Let’s face it, I’m super weak. I can’t open some doors, open up water bottles, and the list can go on. In the past module that I completed, I learned that strength is really important.
The Construction and Fabrications module was different compared to the past modules I’ve done. It took a lot of more hands-on work with a lot of elbow grease instead of just, “Ohh let’s just make a video or take a picture.” It took a lot planning and drafting.
Our first challenge was to make a wood sandwich. What holds the “sandwich” together was nails countersink screws, round head, screws, hexbolts, hexnuts, wingnuts, washers. In order to use the two pieces of wood, we had to cut the wood by using a miter saw, which actually wasn’t as scary as I thought. To keep it intact, our first job was to hammer a nail into the two pieces. Next we had to drill a countersink screw and one roundhead screw using an impact drill/driver and phillips head bit. Drilling was somewhat tough, just remembering which way the drill needs to turn is frustrating. Then, we had to drill in a hex nut, place a washer on the hex bolt, then tighten it using a wrench. Once all of the work was done, we had to label all parts then turn it in!
Our second challenge was to make a birdhouse consisting of right angles. Now this, was tougher towards the end. Thinking of birdhouses that meet the constraints was hard but once that was over, making it wasn’t too bad. Cutting wood? Eh, not too bad considering I knew what to do. Putting all of the walls together only using wood glue? Now that was tough. Using nail would crack the wood and anything else would destroy it. In order for it to dry, we’d clamp the pieces together hoping they would be dry by next class, which would end up all crooked or fragile. Our end product ended up being nothing like our drawings and the nails from the nail gun were sticking out into the birdhouse to the point where birds were put in danger.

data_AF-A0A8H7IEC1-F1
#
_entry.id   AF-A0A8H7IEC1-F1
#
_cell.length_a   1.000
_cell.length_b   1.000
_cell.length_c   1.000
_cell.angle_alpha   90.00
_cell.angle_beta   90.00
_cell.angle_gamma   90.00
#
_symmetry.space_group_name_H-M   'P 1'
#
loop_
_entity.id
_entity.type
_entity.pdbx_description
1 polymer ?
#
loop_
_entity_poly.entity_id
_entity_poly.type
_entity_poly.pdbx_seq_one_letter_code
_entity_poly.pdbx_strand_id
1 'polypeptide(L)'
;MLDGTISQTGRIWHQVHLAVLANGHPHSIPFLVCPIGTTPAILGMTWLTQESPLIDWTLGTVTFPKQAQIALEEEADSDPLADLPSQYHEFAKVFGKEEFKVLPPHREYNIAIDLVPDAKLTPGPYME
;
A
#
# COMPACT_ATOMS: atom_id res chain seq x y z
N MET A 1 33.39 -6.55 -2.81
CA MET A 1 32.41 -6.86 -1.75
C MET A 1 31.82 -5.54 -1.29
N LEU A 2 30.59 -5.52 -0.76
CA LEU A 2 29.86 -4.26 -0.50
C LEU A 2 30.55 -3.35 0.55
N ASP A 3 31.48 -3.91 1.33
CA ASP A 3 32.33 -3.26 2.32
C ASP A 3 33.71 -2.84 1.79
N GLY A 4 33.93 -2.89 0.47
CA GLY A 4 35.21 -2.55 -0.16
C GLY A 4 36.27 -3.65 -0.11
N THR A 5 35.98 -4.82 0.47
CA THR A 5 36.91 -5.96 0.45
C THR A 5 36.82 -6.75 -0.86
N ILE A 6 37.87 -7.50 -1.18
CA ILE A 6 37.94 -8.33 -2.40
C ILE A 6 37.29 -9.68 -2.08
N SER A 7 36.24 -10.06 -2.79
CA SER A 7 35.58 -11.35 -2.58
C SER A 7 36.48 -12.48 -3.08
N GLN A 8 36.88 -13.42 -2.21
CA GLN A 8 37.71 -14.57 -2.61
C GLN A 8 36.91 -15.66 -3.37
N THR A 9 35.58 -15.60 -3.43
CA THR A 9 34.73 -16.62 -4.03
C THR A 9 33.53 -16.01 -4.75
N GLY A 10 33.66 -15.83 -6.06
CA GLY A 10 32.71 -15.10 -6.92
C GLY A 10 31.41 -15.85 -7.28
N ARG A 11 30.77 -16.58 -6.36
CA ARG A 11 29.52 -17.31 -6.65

Overall, birdhouses aren’t too bad to make! It doesn’t matter how ugly or unstable your end product is, all that really matters is the process of thought that made your product. Happy building! -Emi 🙂